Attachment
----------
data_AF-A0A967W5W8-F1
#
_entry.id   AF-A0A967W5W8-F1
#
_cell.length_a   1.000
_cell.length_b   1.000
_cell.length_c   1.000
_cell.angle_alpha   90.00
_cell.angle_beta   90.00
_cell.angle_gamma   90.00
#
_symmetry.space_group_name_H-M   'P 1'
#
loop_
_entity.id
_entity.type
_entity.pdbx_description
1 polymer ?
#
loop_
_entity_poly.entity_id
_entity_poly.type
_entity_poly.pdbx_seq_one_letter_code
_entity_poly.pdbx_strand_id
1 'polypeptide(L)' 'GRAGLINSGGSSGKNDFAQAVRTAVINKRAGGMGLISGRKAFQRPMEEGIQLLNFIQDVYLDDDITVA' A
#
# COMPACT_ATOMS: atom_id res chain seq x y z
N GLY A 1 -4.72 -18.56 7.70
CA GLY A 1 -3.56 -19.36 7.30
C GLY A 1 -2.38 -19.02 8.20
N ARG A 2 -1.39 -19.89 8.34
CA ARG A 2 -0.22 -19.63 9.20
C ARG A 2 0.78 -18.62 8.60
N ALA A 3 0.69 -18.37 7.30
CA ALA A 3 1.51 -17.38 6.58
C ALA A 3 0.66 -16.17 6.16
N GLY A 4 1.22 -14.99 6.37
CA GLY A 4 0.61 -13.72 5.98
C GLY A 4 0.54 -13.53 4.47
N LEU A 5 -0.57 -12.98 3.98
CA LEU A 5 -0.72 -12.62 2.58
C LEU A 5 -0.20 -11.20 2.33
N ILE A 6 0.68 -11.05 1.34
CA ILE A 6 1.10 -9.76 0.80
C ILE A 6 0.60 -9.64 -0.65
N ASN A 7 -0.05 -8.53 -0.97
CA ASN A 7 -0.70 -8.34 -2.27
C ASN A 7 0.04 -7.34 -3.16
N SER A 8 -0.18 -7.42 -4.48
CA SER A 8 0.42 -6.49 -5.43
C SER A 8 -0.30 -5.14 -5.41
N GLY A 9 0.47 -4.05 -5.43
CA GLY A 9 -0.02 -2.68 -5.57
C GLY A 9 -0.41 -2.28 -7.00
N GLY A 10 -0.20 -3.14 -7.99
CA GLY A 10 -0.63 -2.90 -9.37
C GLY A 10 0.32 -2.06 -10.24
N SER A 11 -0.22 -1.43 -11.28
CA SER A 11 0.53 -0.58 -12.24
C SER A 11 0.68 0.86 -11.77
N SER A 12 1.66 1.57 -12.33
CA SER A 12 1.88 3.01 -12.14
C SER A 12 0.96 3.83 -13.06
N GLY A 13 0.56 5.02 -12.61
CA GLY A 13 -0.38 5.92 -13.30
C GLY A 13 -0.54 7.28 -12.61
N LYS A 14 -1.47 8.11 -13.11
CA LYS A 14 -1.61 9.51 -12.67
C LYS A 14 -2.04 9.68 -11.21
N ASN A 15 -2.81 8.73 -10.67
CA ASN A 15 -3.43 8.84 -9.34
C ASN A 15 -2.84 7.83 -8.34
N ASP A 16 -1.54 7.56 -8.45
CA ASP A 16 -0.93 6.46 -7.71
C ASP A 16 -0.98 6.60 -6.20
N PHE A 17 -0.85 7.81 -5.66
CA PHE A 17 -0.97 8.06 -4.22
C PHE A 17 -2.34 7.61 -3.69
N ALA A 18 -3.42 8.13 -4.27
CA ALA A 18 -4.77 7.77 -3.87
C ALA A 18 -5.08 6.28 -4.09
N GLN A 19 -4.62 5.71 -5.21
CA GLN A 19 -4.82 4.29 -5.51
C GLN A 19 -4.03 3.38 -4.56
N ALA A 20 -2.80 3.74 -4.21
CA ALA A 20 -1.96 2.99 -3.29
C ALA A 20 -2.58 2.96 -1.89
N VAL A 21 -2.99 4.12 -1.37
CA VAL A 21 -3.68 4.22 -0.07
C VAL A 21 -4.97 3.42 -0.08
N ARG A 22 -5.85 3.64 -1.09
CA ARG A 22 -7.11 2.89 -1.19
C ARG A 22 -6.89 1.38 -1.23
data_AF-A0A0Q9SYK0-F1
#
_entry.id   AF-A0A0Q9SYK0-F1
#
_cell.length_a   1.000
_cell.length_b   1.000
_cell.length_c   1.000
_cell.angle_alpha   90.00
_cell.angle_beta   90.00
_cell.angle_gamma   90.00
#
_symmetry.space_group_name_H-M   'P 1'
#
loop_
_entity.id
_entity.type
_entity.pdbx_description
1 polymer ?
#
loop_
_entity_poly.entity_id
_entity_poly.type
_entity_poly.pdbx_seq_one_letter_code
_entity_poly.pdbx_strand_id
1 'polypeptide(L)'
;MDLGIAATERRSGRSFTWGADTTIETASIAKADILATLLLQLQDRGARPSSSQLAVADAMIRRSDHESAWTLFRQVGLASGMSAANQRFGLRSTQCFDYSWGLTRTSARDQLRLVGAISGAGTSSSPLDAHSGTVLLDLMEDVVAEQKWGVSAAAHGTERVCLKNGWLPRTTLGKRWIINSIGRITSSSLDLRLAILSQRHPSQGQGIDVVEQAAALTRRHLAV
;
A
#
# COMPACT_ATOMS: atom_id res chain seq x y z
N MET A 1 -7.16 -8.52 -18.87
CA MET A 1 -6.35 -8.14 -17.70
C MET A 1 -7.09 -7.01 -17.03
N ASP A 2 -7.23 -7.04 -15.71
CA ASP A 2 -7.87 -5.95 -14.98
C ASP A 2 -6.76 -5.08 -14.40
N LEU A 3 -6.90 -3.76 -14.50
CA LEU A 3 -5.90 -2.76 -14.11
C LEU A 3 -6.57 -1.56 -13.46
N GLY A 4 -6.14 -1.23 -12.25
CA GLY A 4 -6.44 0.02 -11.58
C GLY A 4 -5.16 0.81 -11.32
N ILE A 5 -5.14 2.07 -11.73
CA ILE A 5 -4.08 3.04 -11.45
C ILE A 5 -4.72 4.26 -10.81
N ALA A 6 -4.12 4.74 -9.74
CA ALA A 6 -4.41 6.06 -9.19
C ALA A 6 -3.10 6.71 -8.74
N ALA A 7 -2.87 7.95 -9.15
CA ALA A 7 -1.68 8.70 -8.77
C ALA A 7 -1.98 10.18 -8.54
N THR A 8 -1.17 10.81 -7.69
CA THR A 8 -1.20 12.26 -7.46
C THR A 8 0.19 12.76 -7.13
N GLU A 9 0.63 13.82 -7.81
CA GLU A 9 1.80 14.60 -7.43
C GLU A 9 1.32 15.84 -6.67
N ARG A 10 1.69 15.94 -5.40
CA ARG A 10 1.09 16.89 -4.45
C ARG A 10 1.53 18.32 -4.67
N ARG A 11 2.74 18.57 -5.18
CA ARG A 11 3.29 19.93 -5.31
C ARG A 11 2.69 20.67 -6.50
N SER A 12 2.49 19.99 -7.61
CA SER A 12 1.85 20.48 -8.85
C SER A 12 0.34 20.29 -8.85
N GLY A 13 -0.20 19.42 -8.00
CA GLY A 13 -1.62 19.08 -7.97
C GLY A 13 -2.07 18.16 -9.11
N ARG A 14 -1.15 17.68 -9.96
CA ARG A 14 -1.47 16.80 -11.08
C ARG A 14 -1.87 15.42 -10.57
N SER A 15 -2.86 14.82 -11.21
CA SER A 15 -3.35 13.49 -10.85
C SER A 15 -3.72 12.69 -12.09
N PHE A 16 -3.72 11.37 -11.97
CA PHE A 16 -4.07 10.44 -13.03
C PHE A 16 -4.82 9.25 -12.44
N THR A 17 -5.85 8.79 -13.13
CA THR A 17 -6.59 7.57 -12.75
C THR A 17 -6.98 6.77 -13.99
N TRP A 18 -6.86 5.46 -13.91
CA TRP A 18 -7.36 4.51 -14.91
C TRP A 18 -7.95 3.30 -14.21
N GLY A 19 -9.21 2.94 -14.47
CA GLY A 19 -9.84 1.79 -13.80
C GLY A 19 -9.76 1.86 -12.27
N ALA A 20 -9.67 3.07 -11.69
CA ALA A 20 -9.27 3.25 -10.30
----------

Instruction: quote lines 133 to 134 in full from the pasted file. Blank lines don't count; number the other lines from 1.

N GLY A 4 -6.14 -1.23 -12.25
CA GLY A 4 -6.44 0.02 -11.58